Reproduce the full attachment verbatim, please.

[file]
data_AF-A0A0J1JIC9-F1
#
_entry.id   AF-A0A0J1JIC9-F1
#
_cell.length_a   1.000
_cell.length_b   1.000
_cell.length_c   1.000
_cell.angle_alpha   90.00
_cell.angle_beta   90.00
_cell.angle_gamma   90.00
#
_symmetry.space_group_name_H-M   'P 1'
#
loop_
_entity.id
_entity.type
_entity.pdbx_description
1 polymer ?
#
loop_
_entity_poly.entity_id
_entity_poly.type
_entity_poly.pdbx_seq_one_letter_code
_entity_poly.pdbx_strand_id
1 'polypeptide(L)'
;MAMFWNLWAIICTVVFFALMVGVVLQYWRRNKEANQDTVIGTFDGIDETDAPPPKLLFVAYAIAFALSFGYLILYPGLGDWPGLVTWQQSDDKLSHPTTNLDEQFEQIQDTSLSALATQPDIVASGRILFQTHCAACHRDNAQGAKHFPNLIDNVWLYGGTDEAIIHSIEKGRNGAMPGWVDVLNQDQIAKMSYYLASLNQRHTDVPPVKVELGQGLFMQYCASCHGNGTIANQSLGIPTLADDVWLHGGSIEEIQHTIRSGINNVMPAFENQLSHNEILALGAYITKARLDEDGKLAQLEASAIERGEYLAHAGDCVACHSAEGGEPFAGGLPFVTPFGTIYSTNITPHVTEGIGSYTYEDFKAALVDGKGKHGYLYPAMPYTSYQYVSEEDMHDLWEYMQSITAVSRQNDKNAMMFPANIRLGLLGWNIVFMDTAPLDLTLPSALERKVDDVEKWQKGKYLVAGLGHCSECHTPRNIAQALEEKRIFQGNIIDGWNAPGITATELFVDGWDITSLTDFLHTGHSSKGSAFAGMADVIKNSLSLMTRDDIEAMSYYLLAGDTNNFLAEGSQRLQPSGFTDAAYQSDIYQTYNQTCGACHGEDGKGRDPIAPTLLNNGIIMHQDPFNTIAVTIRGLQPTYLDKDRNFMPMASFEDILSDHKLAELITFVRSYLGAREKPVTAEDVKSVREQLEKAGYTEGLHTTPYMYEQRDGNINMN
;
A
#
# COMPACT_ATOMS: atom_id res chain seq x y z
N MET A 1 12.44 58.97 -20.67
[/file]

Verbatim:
data_AF-A0A0J1JIC9-F1
#
_entry.id   AF-A0A0J1JIC9-F1
#
_cell.length_a   1.000
_cell.length_b   1.000
_cell.length_c   1.000
_cell.angle_alpha   90.00
_cell.angle_beta   90.00
_cell.angle_gamma   90.00
#
_symmetry.space_group_name_H-M   'P 1'
#
loop_
_entity.id
_entity.type
_entity.pdbx_description
1 polymer ?
#
loop_
_entity_poly.entity_id
_entity_poly.type
_entity_poly.pdbx_seq_one_letter_code
_entity_poly.pdbx_strand_id
1 'polypeptide(L)'
;MAMFWNLWAIICTVVFFALMVGVVLQYWRRNKEANQDTVIGTFDGIDETDAPPPKLLFVAYAIAFALSFGYLILYPGLGDWPGLVTWQQSDDKLSHPTTNLDEQFEQIQDTSLSALATQPDIVASGRILFQTHCAACHRDNAQGAKHFPNLIDNVWLYGGTDEAIIHSIEKGRNGAMPGWVDVLNQDQIAKMSYYLASLNQRHTDVPPVKVELGQGLFMQYCASCHGNGTIANQSLGIPTLADDVWLHGGSIEEIQHTIRSGINNVMPAFENQLSHNEILALGAYITKARLDEDGKLAQLEASAIERGEYLAHAGDCVACHSAEGGEPFAGGLPFVTPFGTIYSTNITPHVTEGIGSYTYEDFKAALVDGKGKHGYLYPAMPYTSYQYVSEEDMHDLWEYMQSITAVSRQNDKNAMMFPANIRLGLLGWNIVFMDTAPLDLTLPSALERKVDDVEKWQKGKYLVAGLGHCSECHTPRNIAQALEEKRIFQGNIIDGWNAPGITATELFVDGWDITSLTDFLHTGHSSKGSAFAGMADVIKNSLSLMTRDDIEAMSYYLLAGDTNNFLAEGSQRLQPSGFTDAAYQSDIYQTYNQTCGACHGEDGKGRDPIAPTLLNNGIIMHQDPFNTIAVTIRGLQPTYLDKDRNFMPMASFEDILSDHKLAELITFVRSYLGAREKPVTAEDVKSVREQLEKAGYTEGLHTTPYMYEQRDGNINMN
;
A
#
# COMPACT_ATOMS: atom_id res chain seq x y z
N MET A 1 12.44 58.97 -20.67